SpaceX to Pay $3.9M in Settlement for an Unpaid Overtime Lawsuit

As a matter of fact, the class action lawsuit against Space Exploration Technologies Corp. (SpaceX) is settled. This means that SpaceX will have to pay $3.9 million.

According to the lawsuit, SpaceX violated California labor law. In other words, the company didn’t compensate its non-exempt employees in a proper way for both their usual and overtime work. In addition to that, SpaceX didn’t provide employees with meal and rest breaks as well.
Actually, court documents show that about 3800 class members are going to share in the settlement. Thus, this settlement is ending three lawsuits. It is true that all these suits refer to similar accusations. It was on August 1, when three sets of plaintiffs asked the court for approval of the settlement.

California unpaid overtime law                       

You should know that certain factors impact your eligibility for overtime payment. That’s to say, it depends on whether the employee is exempt or non-exempt. An example of  California overtime law violations is unpaid overtime for working extra hours. It also includes ‘’off-the-clock-work’’, as well as not getting compensation for meal breaks.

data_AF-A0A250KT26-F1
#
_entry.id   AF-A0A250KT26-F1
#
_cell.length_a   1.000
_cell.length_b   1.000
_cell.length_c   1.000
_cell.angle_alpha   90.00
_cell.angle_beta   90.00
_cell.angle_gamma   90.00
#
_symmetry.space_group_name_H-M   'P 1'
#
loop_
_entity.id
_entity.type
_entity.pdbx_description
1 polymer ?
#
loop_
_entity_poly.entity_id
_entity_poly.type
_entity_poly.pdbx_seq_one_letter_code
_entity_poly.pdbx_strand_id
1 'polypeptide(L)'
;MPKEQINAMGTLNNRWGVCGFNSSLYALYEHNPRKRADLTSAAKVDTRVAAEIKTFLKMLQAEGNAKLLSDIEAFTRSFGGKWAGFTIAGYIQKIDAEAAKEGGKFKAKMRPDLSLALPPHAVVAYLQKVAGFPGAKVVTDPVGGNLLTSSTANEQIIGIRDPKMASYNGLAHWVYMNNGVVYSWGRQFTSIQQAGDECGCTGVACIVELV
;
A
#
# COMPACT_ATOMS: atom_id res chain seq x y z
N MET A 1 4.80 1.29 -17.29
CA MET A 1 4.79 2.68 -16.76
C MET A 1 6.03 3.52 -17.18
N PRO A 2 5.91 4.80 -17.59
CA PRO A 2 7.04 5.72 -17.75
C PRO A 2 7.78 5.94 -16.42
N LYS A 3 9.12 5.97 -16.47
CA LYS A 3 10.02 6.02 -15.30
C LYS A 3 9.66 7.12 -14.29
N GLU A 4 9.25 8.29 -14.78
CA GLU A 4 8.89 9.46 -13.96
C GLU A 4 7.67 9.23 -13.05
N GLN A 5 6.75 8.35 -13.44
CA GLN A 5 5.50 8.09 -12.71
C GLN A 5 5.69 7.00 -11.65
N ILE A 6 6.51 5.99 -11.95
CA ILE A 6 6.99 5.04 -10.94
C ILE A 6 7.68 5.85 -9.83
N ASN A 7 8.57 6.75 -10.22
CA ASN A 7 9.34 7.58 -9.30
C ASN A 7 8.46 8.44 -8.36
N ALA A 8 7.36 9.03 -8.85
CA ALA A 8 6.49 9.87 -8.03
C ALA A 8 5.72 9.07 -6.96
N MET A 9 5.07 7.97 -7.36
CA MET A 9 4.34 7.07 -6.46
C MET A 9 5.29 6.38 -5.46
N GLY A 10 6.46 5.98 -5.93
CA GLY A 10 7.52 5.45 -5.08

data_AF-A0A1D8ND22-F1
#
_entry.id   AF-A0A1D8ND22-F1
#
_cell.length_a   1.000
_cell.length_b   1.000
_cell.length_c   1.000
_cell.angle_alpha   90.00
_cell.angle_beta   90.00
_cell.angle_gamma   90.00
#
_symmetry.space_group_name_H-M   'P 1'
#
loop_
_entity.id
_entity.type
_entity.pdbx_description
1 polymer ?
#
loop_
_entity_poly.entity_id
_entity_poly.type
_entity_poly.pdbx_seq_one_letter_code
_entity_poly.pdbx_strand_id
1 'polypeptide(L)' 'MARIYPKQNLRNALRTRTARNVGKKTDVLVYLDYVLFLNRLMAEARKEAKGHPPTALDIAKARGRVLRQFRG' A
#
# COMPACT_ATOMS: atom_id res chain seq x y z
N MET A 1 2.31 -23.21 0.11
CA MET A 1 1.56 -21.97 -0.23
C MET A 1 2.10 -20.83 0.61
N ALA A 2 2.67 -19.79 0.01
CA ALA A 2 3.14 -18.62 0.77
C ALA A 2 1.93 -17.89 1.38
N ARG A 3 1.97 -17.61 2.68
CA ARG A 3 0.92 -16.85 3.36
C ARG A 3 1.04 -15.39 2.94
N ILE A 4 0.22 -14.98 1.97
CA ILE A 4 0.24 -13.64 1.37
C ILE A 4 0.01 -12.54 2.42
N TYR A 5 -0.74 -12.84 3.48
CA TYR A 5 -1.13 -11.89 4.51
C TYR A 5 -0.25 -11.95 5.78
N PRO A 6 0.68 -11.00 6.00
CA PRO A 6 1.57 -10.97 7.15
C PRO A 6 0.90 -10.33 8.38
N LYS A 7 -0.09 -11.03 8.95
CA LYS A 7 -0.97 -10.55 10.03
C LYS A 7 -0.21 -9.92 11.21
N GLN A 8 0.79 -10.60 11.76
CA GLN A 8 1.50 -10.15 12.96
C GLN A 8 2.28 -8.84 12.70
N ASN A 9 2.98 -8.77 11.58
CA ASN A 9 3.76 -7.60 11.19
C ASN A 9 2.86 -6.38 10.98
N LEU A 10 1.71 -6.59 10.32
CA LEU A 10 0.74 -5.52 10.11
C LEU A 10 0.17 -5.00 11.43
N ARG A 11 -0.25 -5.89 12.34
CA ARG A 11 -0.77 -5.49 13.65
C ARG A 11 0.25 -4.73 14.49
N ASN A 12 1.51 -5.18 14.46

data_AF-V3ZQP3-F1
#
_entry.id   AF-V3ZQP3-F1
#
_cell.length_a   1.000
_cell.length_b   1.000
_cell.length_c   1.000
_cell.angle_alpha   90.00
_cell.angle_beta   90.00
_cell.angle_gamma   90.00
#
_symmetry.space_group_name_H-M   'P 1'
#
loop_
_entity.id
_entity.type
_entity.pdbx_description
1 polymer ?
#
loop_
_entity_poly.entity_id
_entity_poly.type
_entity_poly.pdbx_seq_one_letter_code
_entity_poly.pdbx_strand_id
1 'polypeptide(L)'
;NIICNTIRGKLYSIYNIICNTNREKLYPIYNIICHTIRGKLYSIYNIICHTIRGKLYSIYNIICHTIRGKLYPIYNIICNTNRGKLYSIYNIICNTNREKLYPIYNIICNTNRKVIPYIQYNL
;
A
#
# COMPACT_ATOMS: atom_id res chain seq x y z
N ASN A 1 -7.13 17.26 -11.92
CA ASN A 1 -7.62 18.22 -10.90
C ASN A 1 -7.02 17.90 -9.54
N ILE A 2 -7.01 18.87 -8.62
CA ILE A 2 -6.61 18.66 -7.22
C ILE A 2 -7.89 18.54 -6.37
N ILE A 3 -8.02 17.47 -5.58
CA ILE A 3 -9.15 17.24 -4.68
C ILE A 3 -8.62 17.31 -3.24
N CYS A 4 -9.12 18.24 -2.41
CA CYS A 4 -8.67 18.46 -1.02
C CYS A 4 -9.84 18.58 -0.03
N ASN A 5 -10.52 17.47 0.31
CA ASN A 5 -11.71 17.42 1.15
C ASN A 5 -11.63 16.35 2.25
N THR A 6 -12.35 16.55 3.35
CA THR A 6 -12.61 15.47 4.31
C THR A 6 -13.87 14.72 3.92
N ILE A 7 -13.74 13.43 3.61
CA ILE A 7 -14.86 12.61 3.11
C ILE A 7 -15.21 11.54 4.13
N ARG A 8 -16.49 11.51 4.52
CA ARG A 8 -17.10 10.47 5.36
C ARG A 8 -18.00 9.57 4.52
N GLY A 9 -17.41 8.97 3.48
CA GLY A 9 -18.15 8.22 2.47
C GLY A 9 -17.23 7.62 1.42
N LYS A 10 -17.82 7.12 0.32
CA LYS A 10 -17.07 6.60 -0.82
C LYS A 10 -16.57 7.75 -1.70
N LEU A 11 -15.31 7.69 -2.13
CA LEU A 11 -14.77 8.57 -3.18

Regarding exactly what counts as overtime in California, it’s essential to note that this state has stringent overtime pay laws.  According to the Department of Industrial Relations, a California employer is obliged to provide overtime payment at the rates below ( it refers to both authorized and unauthorized overtime hours):

  • Overtime refers to one and one-half times an employee’ regular rate of pay for hours that the person worked over eight during a workday (over forty hours during a workweek.)
  • Double-time refers to two times an employee’ regular rate of pay for hours that the person worked over twelve hours during a workday (or for hours that an employee worked over eight hours on the seventh day of the workweek.)

So what if you worked for seven consecutive days? In this case, the employer must pay 1.5 times the usual rate for the first eight hours that you worked on the seventh consecutive workday. Furthermore, the employer must pay you double time for the hours that you worked over eight hours on the seventh workday.

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